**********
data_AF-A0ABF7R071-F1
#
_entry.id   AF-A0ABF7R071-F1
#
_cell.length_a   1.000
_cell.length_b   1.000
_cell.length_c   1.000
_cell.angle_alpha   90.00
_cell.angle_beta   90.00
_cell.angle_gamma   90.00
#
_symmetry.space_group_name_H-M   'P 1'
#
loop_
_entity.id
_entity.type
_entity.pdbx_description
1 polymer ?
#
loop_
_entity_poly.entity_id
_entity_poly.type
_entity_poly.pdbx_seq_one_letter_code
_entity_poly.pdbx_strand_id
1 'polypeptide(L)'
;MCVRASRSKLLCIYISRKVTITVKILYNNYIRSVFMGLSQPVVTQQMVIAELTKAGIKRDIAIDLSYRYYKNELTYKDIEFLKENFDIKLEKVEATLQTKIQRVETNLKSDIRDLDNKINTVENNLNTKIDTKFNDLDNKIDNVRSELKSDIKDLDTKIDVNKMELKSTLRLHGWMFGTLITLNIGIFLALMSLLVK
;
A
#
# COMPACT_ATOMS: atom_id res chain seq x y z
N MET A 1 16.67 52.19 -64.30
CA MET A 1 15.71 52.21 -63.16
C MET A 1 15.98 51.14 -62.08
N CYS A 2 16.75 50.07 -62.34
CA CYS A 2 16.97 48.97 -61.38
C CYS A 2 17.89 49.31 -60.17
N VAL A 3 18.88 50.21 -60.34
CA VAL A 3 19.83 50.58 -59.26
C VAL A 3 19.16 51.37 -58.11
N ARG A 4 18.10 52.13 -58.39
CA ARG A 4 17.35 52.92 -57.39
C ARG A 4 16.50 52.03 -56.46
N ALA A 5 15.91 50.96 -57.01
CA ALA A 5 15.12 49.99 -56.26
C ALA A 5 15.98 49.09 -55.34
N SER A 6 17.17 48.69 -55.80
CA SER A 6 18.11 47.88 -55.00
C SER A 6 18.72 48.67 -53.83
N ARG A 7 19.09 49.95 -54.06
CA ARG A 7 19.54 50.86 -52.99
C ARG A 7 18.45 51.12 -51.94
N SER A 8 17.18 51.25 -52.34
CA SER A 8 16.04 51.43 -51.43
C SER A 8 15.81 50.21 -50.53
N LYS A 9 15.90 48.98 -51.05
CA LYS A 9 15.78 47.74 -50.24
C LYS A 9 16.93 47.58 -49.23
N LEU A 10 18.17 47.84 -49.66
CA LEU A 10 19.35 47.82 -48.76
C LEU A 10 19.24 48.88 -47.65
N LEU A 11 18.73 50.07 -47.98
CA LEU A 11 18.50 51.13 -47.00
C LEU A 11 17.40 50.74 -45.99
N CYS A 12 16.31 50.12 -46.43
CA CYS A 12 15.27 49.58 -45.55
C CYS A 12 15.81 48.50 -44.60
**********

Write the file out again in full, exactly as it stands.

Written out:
data_AF-A0ABF7R071-F1
#
_entry.id   AF-A0ABF7R071-F1
#
_cell.length_a   1.000
_cell.length_b   1.000
_cell.length_c   1.000
_cell.angle_alpha   90.00
_cell.angle_beta   90.00
_cell.angle_gamma   90.00
#
_symmetry.space_group_name_H-M   'P 1'
#
loop_
_entity.id
_entity.type
_entity.pdbx_description
1 polymer ?
#
loop_
_entity_poly.entity_id
_entity_poly.type
_entity_poly.pdbx_seq_one_letter_code
_entity_poly.pdbx_strand_id
1 'polypeptide(L)'
;MCVRASRSKLLCIYISRKVTITVKILYNNYIRSVFMGLSQPVVTQQMVIAELTKAGIKRDIAIDLSYRYYKNELTYKDIEFLKENFDIKLEKVEATLQTKIQRVETNLKSDIRDLDNKINTVENNLNTKIDTKFNDLDNKIDNVRSELKSDIKDLDTKIDVNKMELKSTLRLHGWMFGTLITLNIGIFLALMSLLVK
;
A
#
# COMPACT_ATOMS: atom_id res chain seq x y z
N MET A 1 16.67 52.19 -64.30
CA MET A 1 15.71 52.21 -63.16
C MET A 1 15.98 51.14 -62.08
N CYS A 2 16.75 50.07 -62.34
CA CYS A 2 16.97 48.97 -61.38
C CYS A 2 17.89 49.31 -60.17
N VAL A 3 18.88 50.21 -60.34
CA VAL A 3 19.83 50.58 -59.26
C VAL A 3 19.16 51.37 -58.11
N ARG A 4 18.10 52.13 -58.39
CA ARG A 4 17.35 52.92 -57.39
C ARG A 4 16.50 52.03 -56.46
N ALA A 5 15.91 50.96 -57.01
CA ALA A 5 15.12 49.99 -56.26
C ALA A 5 15.98 49.09 -55.34
N SER A 6 17.17 48.69 -55.80
CA SER A 6 18.11 47.88 -55.00
C SER A 6 18.72 48.67 -53.83
N ARG A 7 19.09 49.95 -54.06
CA ARG A 7 19.54 50.86 -52.99
C ARG A 7 18.45 51.12 -51.94
N SER A 8 17.18 51.25 -52.34
CA SER A 8 16.04 51.43 -51.43
C SER A 8 15.81 50.21 -50.53
N LYS A 9 15.90 48.98 -51.05
CA LYS A 9 15.78 47.74 -50.24
C LYS A 9 16.93 47.58 -49.23
N LEU A 10 18.17 47.84 -49.66
CA LEU A 10 19.35 47.82 -48.76
C LEU A 10 19.24 48.88 -47.65
N LEU A 11 18.73 50.07 -47.98
CA LEU A 11 18.50 51.13 -47.00
C LEU A 11 17.40 50.74 -45.99
N CYS A 12 16.31 50.12 -46.43
CA CYS A 12 15.27 49.58 -45.55
C CYS A 12 15.81 48.50 -44.60